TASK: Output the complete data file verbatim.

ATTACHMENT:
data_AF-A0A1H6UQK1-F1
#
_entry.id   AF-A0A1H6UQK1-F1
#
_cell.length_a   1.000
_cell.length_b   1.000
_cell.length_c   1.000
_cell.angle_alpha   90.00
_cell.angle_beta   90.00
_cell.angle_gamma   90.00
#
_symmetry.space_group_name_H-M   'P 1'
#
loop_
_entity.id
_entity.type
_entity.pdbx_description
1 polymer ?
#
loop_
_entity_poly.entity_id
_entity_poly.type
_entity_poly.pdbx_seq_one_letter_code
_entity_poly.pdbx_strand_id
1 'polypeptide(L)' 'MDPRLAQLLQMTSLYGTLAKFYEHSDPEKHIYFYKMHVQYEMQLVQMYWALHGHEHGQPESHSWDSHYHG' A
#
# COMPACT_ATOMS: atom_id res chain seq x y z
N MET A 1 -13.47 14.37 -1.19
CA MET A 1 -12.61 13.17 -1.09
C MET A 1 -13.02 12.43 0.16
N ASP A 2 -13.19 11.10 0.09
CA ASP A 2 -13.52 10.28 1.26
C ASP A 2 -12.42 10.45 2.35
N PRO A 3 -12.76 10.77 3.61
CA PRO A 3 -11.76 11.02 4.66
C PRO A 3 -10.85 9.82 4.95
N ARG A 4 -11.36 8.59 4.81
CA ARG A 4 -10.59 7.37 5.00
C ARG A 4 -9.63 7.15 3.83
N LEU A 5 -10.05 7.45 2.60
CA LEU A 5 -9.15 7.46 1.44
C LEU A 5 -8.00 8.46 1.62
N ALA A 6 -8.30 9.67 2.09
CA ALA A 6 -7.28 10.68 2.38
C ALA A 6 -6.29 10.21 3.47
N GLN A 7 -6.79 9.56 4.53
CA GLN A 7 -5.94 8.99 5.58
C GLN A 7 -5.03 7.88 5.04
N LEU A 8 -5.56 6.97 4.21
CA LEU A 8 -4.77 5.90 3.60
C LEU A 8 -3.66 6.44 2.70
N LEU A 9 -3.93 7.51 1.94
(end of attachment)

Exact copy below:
data_AF-A0A1H6UQK1-F1
#
_entry.id   AF-A0A1H6UQK1-F1
#
_cell.length_a   1.000
_cell.length_b   1.000
_cell.length_c   1.000
_cell.angle_alpha   90.00
_cell.angle_beta   90.00
_cell.angle_gamma   90.00
#
_symmetry.space_group_name_H-M   'P 1'
#
loop_
_entity.id
_entity.type
_entity.pdbx_description
1 polymer ?
#
loop_
_entity_poly.entity_id
_entity_poly.type
_entity_poly.pdbx_seq_one_letter_code
_entity_poly.pdbx_strand_id
1 'polypeptide(L)' 'MDPRLAQLLQMTSLYGTLAKFYEHSDPEKHIYFYKMHVQYEMQLVQMYWALHGHEHGQPESHSWDSHYHG' A
#
# COMPACT_ATOMS: atom_id res chain seq x y z
N MET A 1 -13.47 14.37 -1.19
CA MET A 1 -12.61 13.17 -1.09
C MET A 1 -13.02 12.43 0.16
N ASP A 2 -13.19 11.10 0.09
CA ASP A 2 -13.52 10.28 1.26
C ASP A 2 -12.42 10.45 2.35
N PRO A 3 -12.76 10.77 3.61
CA PRO A 3 -11.76 11.02 4.66
C PRO A 3 -10.85 9.82 4.95
N ARG A 4 -11.36 8.59 4.81
CA ARG A 4 -10.59 7.37 5.00
C ARG A 4 -9.63 7.15 3.83
N LEU A 5 -10.05 7.45 2.60
CA LEU A 5 -9.15 7.46 1.44
C LEU A 5 -8.00 8.46 1.62
N ALA A 6 -8.30 9.67 2.09
CA ALA A 6 -7.28 10.68 2.38
C ALA A 6 -6.29 10.21 3.47
N GLN A 7 -6.79 9.56 4.53
CA GLN A 7 -5.94 8.99 5.58
C GLN A 7 -5.03 7.88 5.04
N LEU A 8 -5.56 6.97 4.21
CA LEU A 8 -4.77 5.90 3.60
C LEU A 8 -3.66 6.44 2.70
N LEU A 9 -3.93 7.51 1.94